The surviving regnal lists show only one king reigning at a time in Kent, but subkingdoms were common among the Anglo-Saxons and from the reign of Hlothhere, in the late seventh century, there is evidence that Kent was usually ruled by two kings, though often one is clearly dominant. It is less clear that this is the case before Hlothhere. Forged charters preserve a tradition of Eadbald ruling during his father's reign, presumably as a subking over west Kent. The papal letter that has been interpreted as indicating the existence of Æthelwald, a brother of Eadbald's, refers to Æthelwald as a king; if he existed, he would presumably have been a junior king to Eadbald.
The two kingdoms within Kent were east and west Kent. Western Kent has fewer archaeological finds from the earliest periods than east Kent, and the eastern finds are somewhat distinct in character, showing Jutish and Frankish influence. The archaeological evidence, combined with the known political division into two kingdoms, makes it likely that the origin of the subkingdoms was the conquest of the western half by the eastern, which would have been the first area settled by the invaders.
|O: Bust of Eadbald right. AVDV[ARLD REGES]||R: Cross on globe within wreath. ++IÞNNBALLOIENVZI|
|Gold thrymsa of Eadbald of Kent, London (?), 616–40|
Eadbald came to the throne on the death of his father on 24 February 616, or possibly 618. Although Æthelberht had been Christian since about 600 and his wife Bertha was also Christian, Eadbald was a pagan. Bertha died some time before Eadbald's accession, and Æthelberht remarried. The name of Æthelberht's second wife is not recorded, but it seems likely that she was a pagan, since on his death she married Eadbald, her stepson: a marriage between a stepmother and stepson was forbidden by the church.
Bede records that Eadbald's repudiation of Christianity was a "severe setback" to the growth of the church. Sæberht, the king of Essex, had become a Christian under Æthelberht's influence, but on Sæberht's death, at about the same time, his sons expelled Mellitus, the bishop of London. According to Bede, Eadbald was punished for his faithlessness by "frequent fits of insanity", and possession by an "evil spirit" (perhaps referring to epileptic fits), but was eventually persuaded to abandon paganism and give up his wife. Eadbald's second wife, Ymme, was a Frank, and it is possible that Kent's strong connections with Francia were a factor in the King's conversion. The missionaries in Canterbury seem to have had Frankish support. In the 620s, Eadbald's sister Æthelburg came to Kent, but sent her children to the court of King Dagobert I in Francia; in addition to the diplomatic connections, trade with the Franks was important to Kent. It is thought likely that Frankish pressure had been influential in persuading Æthelberht to become Christian, and Eadbald's conversion and marriage to Ymme are likely to have been closely connected diplomatic decisions.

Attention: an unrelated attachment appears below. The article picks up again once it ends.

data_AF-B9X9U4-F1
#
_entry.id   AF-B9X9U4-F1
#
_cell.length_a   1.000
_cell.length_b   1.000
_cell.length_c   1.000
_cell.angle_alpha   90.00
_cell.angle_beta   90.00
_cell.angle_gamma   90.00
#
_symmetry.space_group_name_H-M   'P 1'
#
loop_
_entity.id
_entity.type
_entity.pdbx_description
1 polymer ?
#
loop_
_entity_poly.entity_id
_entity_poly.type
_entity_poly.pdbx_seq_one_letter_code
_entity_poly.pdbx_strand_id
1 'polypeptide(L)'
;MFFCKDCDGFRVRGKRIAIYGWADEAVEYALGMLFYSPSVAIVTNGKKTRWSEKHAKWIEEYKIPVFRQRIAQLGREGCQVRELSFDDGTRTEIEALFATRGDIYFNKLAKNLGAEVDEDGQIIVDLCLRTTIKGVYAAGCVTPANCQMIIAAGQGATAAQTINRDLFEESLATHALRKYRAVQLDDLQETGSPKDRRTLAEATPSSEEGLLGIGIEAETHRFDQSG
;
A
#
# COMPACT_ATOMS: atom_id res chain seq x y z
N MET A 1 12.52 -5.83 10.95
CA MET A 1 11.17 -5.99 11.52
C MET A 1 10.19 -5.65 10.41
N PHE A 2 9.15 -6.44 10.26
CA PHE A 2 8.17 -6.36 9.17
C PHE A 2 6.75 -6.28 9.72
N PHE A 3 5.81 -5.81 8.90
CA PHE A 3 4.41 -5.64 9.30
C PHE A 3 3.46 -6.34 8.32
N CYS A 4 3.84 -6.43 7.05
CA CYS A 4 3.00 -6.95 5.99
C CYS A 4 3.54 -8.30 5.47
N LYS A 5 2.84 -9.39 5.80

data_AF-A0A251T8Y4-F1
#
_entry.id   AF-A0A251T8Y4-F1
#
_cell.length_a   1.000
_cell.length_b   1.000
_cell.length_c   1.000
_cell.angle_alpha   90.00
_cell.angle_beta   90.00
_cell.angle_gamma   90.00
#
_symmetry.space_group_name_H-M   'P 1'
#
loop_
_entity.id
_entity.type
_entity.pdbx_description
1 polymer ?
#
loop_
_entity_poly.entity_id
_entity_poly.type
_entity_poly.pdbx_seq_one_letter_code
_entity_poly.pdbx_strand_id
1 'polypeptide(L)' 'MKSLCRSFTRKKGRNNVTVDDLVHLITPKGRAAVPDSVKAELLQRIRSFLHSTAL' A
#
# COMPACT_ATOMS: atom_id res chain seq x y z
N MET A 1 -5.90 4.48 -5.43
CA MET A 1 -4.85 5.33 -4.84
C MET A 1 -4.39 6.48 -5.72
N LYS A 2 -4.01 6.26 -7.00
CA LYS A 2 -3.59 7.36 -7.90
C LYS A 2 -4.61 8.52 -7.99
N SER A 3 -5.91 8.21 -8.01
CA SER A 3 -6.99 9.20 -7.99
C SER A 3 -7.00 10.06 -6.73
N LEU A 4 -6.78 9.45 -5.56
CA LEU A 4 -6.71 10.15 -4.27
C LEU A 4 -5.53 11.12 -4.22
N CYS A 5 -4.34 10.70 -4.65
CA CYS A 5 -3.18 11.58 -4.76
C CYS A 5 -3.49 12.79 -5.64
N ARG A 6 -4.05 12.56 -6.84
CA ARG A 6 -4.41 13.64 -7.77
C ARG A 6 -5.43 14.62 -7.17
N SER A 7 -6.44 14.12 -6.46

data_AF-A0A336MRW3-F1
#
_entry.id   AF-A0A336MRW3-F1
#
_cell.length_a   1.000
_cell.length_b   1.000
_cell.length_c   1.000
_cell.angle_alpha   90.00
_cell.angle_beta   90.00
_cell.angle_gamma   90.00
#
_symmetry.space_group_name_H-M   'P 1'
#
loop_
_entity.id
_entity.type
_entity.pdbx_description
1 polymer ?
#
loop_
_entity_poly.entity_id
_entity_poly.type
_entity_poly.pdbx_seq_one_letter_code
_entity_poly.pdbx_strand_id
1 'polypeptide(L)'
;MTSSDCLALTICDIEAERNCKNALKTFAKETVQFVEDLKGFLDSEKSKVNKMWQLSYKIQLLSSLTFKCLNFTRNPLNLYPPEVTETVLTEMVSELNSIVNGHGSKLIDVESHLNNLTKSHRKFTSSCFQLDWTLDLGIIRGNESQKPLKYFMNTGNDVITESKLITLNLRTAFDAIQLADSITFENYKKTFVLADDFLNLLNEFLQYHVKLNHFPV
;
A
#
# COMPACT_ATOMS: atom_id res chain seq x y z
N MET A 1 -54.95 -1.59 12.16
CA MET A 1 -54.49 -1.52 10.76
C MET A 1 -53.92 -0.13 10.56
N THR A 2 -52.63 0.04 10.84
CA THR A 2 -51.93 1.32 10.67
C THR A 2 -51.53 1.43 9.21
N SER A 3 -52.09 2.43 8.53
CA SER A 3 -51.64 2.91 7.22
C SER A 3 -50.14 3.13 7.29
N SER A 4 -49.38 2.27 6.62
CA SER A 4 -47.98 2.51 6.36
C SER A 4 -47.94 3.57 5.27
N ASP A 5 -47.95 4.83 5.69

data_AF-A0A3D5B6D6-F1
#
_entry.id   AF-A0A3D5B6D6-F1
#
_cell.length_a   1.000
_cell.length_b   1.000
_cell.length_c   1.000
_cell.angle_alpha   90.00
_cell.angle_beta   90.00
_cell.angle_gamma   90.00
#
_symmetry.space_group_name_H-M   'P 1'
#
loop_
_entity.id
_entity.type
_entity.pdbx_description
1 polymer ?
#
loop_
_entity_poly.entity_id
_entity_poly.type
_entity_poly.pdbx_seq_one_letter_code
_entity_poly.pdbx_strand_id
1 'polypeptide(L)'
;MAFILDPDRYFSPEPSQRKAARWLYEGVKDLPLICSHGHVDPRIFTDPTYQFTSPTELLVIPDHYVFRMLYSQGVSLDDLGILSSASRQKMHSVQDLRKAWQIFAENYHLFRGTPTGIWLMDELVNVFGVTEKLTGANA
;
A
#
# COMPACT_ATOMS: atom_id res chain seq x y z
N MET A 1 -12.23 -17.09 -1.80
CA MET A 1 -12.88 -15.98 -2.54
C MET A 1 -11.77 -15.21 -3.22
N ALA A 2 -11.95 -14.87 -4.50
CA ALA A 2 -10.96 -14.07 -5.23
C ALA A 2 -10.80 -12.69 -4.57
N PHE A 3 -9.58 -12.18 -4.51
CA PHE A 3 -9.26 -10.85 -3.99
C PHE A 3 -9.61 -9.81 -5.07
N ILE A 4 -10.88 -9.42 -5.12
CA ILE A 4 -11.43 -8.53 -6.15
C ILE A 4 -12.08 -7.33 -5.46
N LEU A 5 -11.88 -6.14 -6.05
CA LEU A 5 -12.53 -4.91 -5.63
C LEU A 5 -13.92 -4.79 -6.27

Two graves from a well-preserved sixth and seventh-century Anglo-Saxon cemetery at Finglesham have yielded a bronze pendant and a gilt buckle with designs that are related to each other and may be symbolic of religious activity involving the Germanic deity Woden. These objects probably date from the period of the pagan reaction.
Bede's account of Eadbald's rejection of the church and subsequent conversion is quite detailed but not without some internal inconsistency. Bede's version of events is laid out as follows:
Although Bede's narrative is widely accepted, an alternative chronology has been proposed by D.P. Kirby. Kirby points out that Boniface's letter to Æthelburg makes it clear that the news of Eadbald's conversion is recent, and that it is unthinkable that Boniface would not have been kept up to date on the status of Eadbald's conversion. Hence Eadbald must have been converted by Justus, as is implied by Boniface's letter to Justus. The pallium accompanying that letter indicates Justus was archbishop by that time, and the duration of Mellitus's archiepiscopate means that even if Bede's dates are somewhat wrong in other particulars, Eadbald was converted no earlier than 621, and no later than April 624, since Mellitus consecrated a church for Eadbald before his death in that month. The account of Laurence's miraculous scourging by St Peter can be disregarded as a later hagiographical invention of the monastery of St Augustine.
As mentioned above, it has been suggested that King "Aduluald" in the letter to Justus is a real king Æthelwald, perhaps a junior king of west Kent. In that case it would appear that Laurence converted Eadbald, and Justus converted Æthelwald. It has also been suggested that the pallium did not indicate Justus was archbishop, since Justus is told the limited circumstances in which he may wear it; however, the same phrasing occurs in the letter conveying the pallium to Archbishop Augustine, also quoted in Bede. Another possibility is that the letter was originally two letters. In this view, Bede has conflated the letter conveying the pallium with the letter congratulating Justus on the conversion, which according to Bede's account was seven or so years earlier; however, the grammatical details on which this suggestion is based are not unique to this letter, and as a result it is usually considered to be a single composition.
The letter to Æthelburg makes it clear that she was already married at the time the news of Eadbald's conversion reached Rome. This is quite inconsistent with the earlier date Bede gives for Eadbald's acceptance of Christianity, and it has been suggested in Bede's defence that Æthelburg married Edwin substantially earlier and stayed in Kent until 625 before travelling to Rome, and that the letter was written while she was in Kent. However, it would appear from Boniface's letter that Boniface thought of Æthelburg as being at her husband's side. It also appears that the letter to Justus was written after the letters to Edwin and Æthelburg, rather than before, as Bede has it; Boniface's letter to Edwin and Æthelburg indicates he had the news from messengers, but when he wrote to Justus he had heard from the king himself.